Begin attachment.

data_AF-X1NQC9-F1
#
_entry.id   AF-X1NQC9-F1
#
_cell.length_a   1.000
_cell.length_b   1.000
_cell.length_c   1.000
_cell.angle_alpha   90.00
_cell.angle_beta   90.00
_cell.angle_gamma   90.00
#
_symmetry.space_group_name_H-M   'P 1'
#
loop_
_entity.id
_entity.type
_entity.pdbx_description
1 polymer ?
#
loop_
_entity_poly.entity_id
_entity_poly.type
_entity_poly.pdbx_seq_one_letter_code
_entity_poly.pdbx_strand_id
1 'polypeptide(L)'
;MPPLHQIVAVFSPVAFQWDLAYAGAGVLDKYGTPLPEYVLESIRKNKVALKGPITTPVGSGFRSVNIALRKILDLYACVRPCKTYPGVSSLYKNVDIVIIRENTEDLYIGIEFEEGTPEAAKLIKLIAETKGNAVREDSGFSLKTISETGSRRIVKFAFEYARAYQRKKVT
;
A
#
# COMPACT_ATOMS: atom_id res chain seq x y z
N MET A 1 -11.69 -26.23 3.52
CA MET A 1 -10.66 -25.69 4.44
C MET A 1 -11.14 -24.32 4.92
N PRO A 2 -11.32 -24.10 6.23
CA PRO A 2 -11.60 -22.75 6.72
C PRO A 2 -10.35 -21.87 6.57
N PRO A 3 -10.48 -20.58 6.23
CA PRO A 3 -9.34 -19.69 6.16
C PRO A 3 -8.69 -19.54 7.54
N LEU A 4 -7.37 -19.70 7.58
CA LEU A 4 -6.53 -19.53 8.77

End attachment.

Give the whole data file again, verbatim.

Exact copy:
data_AF-X1NQC9-F1
#
_entry.id   AF-X1NQC9-F1
#
_cell.length_a   1.000
_cell.length_b   1.000
_cell.length_c   1.000
_cell.angle_alpha   90.00
_cell.angle_beta   90.00
_cell.angle_gamma   90.00
#
_symmetry.space_group_name_H-M   'P 1'
#
loop_
_entity.id
_entity.type
_entity.pdbx_description
1 polymer ?
#
loop_
_entity_poly.entity_id
_entity_poly.type
_entity_poly.pdbx_seq_one_letter_code
_entity_poly.pdbx_strand_id
1 'polypeptide(L)'
;MPPLHQIVAVFSPVAFQWDLAYAGAGVLDKYGTPLPEYVLESIRKNKVALKGPITTPVGSGFRSVNIALRKILDLYACVRPCKTYPGVSSLYKNVDIVIIRENTEDLYIGIEFEEGTPEAAKLIKLIAETKGNAVREDSGFSLKTISETGSRRIVKFAFEYARAYQRKKVT
;
A
#
# COMPACT_ATOMS: atom_id res chain seq x y z
N MET A 1 -11.69 -26.23 3.52
CA MET A 1 -10.66 -25.69 4.44
C MET A 1 -11.14 -24.32 4.92
N PRO A 2 -11.32 -24.10 6.23
CA PRO A 2 -11.60 -22.75 6.72
C PRO A 2 -10.35 -21.87 6.57
N PRO A 3 -10.48 -20.58 6.23
CA PRO A 3 -9.34 -19.69 6.16
C PRO A 3 -8.69 -19.54 7.54
N LEU A 4 -7.37 -19.70 7.58
CA LEU A 4 -6.53 -19.53 8.77